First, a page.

When Is the Medicare Supplement Annual Enrollment Period? (Trick Question)

Medicare Supplements are plans that are designed to fill in the gaps in Medicare A & B (“original Medicare”). These plans are also called Medigap plans because they fill in the Medicare ‘gaps’. If you are on Medicare A & B (must be on both) and live in an area where supplement plans are offered, you can sign up for a Medicare Supplement plan.

The common question is just when exactly you can sign up for a plan. Contrary to popular belief, you can sign up for a plan at any time of the year. There are NO annual enrollment periods, like there are with other types of plans, such as Medicare Advantage plans and Medicare Part D (prescription drug coverage) plans. There are, however, some enrollment periods that pertain to Medicare Supplement plans. It is essential that you are familiar with these and how they do or do not apply to your specific situation.

  1. Open Enrollment. Open enrollment for Medicare Supplement plans is not an annual occurrence. Instead, it is a period that revolves around your 65th birthday or when you sign up for Medicare Part B (i.e. if you delay enrollment in Part B due to having some other type of insurance, such as employer group coverage). This initial open enrollment period starts the first day of the month you turn 65 and lasts for six months. Or, if you are enrolling in Part B, after the point at which you turned 65, it starts the day your Part B starts and lasts for six months.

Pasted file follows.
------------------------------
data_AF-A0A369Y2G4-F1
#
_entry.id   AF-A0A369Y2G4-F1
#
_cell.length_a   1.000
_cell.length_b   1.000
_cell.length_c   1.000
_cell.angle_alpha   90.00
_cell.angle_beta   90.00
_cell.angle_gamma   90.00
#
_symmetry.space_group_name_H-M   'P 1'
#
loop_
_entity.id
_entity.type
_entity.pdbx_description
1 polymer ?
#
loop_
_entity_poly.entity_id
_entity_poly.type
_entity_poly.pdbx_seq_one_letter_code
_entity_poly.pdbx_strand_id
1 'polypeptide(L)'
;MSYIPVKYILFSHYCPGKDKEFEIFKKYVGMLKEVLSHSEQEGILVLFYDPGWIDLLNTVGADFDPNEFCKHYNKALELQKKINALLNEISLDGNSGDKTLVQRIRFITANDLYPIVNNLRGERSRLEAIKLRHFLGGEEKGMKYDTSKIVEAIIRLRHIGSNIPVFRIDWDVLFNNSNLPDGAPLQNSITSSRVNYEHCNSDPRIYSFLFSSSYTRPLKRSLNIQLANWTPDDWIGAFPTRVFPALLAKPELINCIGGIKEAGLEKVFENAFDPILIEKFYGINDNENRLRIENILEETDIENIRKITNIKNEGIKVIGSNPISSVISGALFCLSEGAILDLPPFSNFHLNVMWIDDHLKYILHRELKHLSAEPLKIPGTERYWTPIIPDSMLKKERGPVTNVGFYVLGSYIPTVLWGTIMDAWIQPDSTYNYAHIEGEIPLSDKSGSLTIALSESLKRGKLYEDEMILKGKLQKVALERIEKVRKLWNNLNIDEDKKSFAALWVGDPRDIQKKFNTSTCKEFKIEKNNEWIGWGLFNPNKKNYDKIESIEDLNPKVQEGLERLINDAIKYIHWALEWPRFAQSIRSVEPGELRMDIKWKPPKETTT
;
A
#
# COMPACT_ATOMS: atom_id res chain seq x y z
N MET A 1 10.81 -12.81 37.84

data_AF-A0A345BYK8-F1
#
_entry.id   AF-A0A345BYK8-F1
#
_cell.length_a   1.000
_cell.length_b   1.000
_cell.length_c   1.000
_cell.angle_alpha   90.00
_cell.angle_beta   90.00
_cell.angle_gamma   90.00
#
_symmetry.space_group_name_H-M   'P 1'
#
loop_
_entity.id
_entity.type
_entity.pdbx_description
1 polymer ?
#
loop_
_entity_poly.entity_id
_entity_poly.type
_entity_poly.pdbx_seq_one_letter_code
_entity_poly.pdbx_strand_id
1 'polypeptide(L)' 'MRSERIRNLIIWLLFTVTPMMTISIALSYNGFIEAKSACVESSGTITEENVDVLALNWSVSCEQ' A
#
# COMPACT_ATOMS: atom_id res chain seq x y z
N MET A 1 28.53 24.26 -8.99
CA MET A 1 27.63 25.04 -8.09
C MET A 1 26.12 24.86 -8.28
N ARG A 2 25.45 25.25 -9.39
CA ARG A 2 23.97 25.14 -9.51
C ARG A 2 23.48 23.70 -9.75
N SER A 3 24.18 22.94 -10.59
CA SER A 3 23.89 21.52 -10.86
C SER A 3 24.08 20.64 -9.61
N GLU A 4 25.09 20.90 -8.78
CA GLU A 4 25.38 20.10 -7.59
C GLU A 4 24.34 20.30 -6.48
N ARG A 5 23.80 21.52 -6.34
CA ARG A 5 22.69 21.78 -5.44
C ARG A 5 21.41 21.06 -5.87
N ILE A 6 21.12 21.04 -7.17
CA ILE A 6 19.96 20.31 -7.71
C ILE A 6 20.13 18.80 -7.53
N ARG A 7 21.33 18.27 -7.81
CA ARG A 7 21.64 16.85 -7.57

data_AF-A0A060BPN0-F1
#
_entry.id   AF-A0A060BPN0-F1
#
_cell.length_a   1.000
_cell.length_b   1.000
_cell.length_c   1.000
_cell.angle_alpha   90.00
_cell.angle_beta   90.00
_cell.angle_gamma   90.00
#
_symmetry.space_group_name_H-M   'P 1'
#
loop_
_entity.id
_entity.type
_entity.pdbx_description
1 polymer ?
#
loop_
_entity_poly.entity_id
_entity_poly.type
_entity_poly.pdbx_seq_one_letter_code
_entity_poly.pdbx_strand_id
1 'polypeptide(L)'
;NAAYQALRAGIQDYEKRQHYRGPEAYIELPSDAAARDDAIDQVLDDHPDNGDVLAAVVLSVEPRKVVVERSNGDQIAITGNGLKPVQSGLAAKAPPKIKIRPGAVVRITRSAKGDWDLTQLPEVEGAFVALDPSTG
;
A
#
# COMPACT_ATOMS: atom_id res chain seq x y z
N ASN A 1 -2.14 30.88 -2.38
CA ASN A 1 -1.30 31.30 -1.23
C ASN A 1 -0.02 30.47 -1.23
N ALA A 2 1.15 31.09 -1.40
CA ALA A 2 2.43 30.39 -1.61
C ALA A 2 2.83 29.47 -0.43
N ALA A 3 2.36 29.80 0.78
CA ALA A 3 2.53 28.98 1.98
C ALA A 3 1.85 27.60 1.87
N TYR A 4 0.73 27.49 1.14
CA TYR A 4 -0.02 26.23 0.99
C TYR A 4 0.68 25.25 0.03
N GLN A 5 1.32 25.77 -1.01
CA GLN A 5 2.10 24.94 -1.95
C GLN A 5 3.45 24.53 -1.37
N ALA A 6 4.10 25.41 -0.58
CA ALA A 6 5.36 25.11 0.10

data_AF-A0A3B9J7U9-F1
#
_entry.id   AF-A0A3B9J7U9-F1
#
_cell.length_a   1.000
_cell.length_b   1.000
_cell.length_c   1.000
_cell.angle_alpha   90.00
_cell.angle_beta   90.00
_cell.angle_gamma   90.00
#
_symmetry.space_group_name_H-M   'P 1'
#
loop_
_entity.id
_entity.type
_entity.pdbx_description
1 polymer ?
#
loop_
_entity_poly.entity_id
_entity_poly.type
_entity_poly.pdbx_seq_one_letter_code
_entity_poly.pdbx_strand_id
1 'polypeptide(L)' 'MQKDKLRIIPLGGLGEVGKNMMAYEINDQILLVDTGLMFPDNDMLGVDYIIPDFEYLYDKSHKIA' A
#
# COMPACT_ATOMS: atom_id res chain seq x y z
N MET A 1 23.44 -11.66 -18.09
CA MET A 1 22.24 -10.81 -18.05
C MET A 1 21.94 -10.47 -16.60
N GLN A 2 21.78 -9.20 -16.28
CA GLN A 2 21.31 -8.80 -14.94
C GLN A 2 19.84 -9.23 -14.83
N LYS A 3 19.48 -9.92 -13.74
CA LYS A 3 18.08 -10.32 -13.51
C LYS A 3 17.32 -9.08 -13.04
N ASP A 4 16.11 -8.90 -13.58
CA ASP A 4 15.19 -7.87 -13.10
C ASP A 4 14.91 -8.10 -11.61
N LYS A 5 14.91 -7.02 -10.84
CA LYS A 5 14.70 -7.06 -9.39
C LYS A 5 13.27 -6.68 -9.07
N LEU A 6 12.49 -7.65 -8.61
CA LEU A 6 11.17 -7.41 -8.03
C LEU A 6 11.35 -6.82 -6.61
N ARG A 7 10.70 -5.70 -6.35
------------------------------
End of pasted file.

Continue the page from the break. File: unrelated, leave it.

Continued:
2. Guaranteed Issue. There are a handful of “guaranteed issue” periods that apply for those on Medicare wanting to sign up for a Medicare supplement plan. These periods are very diverse, but here are the most common examples: if you are losing Advantage plan coverage due to a plan termination or moving out of the plan’s service area or if you are losing employer coverage. During these time periods, you have approximately two months to sign up for a Medicare Supplement plan on a guaranteed issue basis. This just means that you cannot be declined for coverage or made to pay more, for any reason at all, including poor health.

It is crucial that you sign up for a plan during these periods, if they apply to you. These periods have expiration dates, so to speak, and if you are not in one of these enrollment periods, you may not be eligible to sign up for a plan at all (depends on health, etc.).

If you have any questions about Medicare Supplement enrollment periods or want to get more information, visit Medicare-Supplement.US.


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